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The last three Primers have been on sound patterns in poetry. The next logical step would be to discuss meter.

I'd like to have a break, though, from what could be called the mechanics of poetry -- as marvelous and essential and intriguing as I find those "mechanics", myself, I have run into rising resistance in other groups when I focus on them for too long at a stretch. <g>

So this week's Primer, written by CK Tower, is on "image".

"Image", as used in this primer, is not the same as "imagery". We will get into imagery in the next Primer, on metaphor and simile and related figures of speech.

When I think of imagery, one piece that often comes to mind is from a poem by my friend Peter Ludwin:

"What if the six white unicorns
riding out from our hollow temples
wish only to graze unmolested
beyond implacable tongues of fire?"

But image can also be the concrete, compressed detail of a haiku:

The banana tree
blown by winds pours raindrops
into the bucket
~~ Basho

Pure white plum blossoms
slowly begin to turn
the color of dawn
~~ Buson

CK has some excellent exercises in this Primer, for developing an eye for image and its use in poetry. I will also be posting a Bonus Primer on haiku -- I definitely want to cover haiku at some point in this workshop, and it is a form that "concentrates the eye" on image.

"Great Literature, if we read it well, opens us up to the world. It makes us more sensitive to it, as if we acquired eyes that could see through things and ears that could hear smaller sounds." -- Donald Hall

"It is better to present one image in a lifetime than to produce voluminous works." -- Ezra Pound

"Images in verse are not mere decoration, but the very essence of an intuitive language." -- T.S. Elliot

Definition of Terms:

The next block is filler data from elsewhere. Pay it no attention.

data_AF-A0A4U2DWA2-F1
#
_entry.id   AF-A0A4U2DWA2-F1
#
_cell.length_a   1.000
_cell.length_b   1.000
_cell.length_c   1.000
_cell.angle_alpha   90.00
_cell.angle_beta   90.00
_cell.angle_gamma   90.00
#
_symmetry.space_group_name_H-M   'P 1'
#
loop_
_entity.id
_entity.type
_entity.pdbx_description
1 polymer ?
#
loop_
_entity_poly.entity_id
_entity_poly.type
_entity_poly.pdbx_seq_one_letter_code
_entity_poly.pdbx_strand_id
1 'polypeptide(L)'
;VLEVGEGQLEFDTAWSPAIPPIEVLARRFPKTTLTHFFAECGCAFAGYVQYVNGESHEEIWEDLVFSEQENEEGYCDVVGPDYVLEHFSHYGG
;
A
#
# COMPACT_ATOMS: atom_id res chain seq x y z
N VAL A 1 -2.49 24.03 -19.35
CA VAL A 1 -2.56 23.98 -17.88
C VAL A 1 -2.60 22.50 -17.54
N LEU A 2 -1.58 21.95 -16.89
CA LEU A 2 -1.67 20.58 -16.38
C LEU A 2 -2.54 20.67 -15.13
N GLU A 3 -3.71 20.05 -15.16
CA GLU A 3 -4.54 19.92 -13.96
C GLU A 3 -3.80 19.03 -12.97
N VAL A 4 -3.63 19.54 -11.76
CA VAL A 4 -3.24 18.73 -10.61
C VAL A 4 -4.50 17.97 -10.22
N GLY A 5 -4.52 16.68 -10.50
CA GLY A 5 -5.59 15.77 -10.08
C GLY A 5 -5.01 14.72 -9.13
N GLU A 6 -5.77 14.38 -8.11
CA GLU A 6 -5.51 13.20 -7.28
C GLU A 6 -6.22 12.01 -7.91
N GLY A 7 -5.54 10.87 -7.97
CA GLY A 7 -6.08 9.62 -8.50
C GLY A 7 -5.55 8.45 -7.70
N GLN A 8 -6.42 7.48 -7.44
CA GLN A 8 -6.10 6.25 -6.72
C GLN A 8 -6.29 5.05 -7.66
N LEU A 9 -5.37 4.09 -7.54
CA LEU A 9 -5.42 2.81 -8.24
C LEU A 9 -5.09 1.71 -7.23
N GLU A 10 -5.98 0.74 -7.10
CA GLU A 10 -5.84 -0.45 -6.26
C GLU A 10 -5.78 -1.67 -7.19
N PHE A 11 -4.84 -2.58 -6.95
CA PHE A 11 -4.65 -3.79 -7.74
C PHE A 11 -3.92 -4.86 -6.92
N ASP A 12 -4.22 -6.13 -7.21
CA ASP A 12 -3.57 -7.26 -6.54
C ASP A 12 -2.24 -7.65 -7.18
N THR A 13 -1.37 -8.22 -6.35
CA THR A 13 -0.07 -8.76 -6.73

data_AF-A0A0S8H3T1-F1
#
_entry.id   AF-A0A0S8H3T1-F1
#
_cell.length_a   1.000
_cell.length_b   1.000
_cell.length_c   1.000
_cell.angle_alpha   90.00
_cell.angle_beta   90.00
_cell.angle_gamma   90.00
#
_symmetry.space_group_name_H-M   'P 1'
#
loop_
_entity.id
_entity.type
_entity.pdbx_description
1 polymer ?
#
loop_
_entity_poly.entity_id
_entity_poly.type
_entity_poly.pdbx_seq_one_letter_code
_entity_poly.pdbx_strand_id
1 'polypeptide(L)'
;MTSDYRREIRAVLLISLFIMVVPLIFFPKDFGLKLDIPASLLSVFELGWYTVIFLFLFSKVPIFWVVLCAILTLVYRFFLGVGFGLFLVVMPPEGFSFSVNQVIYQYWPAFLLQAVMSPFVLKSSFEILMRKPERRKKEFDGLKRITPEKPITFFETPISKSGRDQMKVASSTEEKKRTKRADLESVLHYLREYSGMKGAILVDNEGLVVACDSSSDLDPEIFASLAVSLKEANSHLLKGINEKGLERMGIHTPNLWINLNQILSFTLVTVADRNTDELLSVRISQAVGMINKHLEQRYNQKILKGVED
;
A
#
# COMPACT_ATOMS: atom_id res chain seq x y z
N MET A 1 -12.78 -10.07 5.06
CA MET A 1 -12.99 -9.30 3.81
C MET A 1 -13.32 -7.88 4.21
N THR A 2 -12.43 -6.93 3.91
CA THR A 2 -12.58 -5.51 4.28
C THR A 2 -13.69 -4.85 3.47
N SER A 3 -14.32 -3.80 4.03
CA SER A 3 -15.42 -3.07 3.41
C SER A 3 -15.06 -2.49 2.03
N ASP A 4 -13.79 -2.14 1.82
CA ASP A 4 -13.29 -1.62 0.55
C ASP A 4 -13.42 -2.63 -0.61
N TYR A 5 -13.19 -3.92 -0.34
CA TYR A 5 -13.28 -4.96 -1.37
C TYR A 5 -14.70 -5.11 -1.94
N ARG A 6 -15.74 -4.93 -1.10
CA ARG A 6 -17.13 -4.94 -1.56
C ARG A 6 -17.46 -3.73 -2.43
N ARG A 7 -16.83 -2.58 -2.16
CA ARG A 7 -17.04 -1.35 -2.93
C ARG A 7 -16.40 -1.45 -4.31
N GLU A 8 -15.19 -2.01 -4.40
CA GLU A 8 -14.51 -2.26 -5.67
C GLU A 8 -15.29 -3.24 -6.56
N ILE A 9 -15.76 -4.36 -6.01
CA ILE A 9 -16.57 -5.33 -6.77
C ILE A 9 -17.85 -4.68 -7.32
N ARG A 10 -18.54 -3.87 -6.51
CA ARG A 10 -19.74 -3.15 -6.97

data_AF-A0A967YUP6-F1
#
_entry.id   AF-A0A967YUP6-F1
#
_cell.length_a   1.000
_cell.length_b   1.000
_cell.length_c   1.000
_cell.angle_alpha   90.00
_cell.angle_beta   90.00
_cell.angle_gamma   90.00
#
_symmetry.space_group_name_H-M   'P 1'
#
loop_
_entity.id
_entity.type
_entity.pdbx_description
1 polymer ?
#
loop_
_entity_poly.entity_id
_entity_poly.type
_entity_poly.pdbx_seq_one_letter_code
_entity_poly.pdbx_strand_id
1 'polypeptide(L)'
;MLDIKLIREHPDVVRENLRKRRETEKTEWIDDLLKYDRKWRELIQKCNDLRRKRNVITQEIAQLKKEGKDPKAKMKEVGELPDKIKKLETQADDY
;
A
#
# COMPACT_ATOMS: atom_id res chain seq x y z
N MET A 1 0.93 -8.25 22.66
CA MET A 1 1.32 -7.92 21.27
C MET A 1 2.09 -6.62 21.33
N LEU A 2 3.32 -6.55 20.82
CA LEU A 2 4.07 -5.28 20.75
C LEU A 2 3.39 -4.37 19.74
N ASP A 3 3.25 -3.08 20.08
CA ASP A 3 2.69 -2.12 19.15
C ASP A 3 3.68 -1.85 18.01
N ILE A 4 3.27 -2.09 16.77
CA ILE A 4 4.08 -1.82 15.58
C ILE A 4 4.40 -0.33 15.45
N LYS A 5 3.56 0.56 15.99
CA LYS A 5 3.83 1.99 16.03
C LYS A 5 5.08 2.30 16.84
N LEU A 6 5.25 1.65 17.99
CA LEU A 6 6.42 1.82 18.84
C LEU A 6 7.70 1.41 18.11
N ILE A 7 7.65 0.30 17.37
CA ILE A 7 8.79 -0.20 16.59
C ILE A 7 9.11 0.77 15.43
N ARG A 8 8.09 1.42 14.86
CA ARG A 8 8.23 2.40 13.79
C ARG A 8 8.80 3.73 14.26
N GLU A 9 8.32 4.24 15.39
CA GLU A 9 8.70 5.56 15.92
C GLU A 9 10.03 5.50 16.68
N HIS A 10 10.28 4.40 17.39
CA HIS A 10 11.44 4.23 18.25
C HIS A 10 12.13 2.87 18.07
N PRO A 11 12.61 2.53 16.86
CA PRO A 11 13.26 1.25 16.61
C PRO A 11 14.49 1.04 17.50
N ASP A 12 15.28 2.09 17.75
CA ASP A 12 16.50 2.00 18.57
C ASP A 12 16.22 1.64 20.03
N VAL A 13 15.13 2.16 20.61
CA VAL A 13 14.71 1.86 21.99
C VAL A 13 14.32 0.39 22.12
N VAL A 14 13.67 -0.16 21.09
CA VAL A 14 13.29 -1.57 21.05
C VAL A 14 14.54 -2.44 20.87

Image: A literal or "concrete" detail that speaks to the physical senses.

Concrete: Vivid, graphic images that appeal strongly to the senses, as opposed to generalized "abstractions."

Abstraction: A generic, broad label that describes a large category-- such as happiness, freedom, or honor.

Introduction to Image:

Good poetry takes the reader, into a world of senses, vividly imagined details that speak to our ability to see, hear, smell, taste, and/or touch. Poetry should always be read with open eyes and willing ears. A strong piece of verse should heighten the reader's awareness, make her take in more of the world around her. A good poem asks her to look in and wonder at what she sees. A strong central image will carve itself into the memory of the reader. And set off a chain of associations, which will activate her thoughts and feelings.

Examples and Perceptions of Poems, Which Center on Memorable Images:

Thodore Roethke

My Papa's Waltz

The Whiskey on your breath
Could make a small boy dizzy;
But I hung on like death:
Such waltzing is not easy.

We romped until the pans
Slid from the kitchen shelf;
My mother's countenance
Could not unfrown itself.

The hand that held my wrist
Was battered on one knuckle;
At every step you missed
My right ear scraped a buckle.

You beat time on my head
With palm caked hard by dirt,
Then waltzed me off to bed
Still clinging to your shirt.

Ask yourself, what does this piece make you see? A father, home from work, dancing about the house with his son. But there are clues to tell us all is not quite right. The whiskey on on the man's breath, right away gives a hint. And the frantic way the boy's father is spinning and prancing around, so the boy has to hang on "like death." The pans are sliding from the kitchen shelf. But it is the mother's expression which makes us certain, all is not well..."mother's countenance/could not unfrown itself." Clearly the mother does not approve of the father's behavior. The child is unsure, along for the ride.